Regardless, your ethical diamond won't affect your wallet any more than a blood diamond would. But of course, that's not the only consideration when shopping for a diamond engagement ring.
Conflict-Free Gems Are Heartfelt
Another reason to choose an ethical diamond is that the gem will remain a symbol of your love and commitment to your partner for the rest of your lives. When it comes to deciding your engagement ring purchase, choosing an untainted diamond is a priority. With a clear conscience and a beautiful ring in your pocket, you can truly enjoy your engagement proposal and the celebration and marriage that follow.
You and your partner can also ensure you're preventing the mistreatment of workers across the globe. Ethical gemstones are a meaningful way to begin your partnership while preventing harm to others.
A Conflict-Free Diamond Is Beautiful
Conflict-free diamonds don't look any different from blood diamonds. Each gem undergoes inspection, cutting, polishing, and more—there is no "ugly" diamond in the bunch. Whether you're choosing from a collection of diamond engagement rings, diamond earrings, or other types of diamond rings for an anniversary or birthday, you won't notice anything off-putting about conflict-free diamonds.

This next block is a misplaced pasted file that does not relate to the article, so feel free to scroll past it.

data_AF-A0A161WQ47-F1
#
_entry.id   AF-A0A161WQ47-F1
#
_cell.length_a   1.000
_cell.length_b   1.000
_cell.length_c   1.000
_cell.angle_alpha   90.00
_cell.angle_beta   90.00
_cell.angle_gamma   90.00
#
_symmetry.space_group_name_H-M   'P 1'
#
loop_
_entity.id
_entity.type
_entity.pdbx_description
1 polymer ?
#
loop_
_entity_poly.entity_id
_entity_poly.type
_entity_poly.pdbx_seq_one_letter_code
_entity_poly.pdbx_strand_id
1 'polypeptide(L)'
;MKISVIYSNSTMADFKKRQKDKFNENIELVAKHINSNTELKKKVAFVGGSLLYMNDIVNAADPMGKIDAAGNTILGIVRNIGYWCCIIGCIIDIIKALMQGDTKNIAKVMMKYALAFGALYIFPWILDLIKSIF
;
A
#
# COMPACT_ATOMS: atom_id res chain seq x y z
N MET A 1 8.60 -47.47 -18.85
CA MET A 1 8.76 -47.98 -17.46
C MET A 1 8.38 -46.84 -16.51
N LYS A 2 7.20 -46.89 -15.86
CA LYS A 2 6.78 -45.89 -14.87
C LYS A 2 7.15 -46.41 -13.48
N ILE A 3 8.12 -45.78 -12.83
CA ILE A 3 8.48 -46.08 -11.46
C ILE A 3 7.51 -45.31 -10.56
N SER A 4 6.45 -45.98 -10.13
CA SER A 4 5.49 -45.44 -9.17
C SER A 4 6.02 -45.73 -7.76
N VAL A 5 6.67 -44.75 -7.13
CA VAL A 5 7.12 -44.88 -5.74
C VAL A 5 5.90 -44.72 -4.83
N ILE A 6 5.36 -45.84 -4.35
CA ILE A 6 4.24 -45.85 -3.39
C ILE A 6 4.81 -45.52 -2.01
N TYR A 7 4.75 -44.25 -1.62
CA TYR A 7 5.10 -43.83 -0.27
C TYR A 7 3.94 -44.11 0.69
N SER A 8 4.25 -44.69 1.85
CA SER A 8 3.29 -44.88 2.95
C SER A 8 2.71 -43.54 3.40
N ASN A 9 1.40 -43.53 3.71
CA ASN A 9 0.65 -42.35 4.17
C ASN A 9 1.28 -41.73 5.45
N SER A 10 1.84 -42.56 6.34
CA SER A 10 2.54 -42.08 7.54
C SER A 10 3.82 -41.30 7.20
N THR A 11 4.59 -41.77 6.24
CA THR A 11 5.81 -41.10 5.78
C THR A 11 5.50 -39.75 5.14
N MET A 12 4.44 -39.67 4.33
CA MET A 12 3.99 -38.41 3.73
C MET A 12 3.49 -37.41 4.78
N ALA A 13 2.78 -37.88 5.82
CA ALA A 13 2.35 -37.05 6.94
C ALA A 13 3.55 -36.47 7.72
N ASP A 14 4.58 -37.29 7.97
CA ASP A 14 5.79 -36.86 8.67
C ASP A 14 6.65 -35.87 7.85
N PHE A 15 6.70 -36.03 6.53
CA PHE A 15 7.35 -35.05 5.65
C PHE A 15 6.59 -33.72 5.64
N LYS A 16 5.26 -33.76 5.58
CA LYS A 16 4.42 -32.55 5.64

Are Conflict-Free Diamonds Sustainable?
While cutting off funds to blood diamond mines is one way to reduce the number of conflict diamonds in circulation, many fear it's not sustainable. After all, how can the diamond industry survive without an influx of cheap gems?
In fact, the diamond industry's focus on removing blood diamonds from the equation means the industry itself is more sustainable. Requiring mines to follow eco-friendly guidelines makes a huge difference.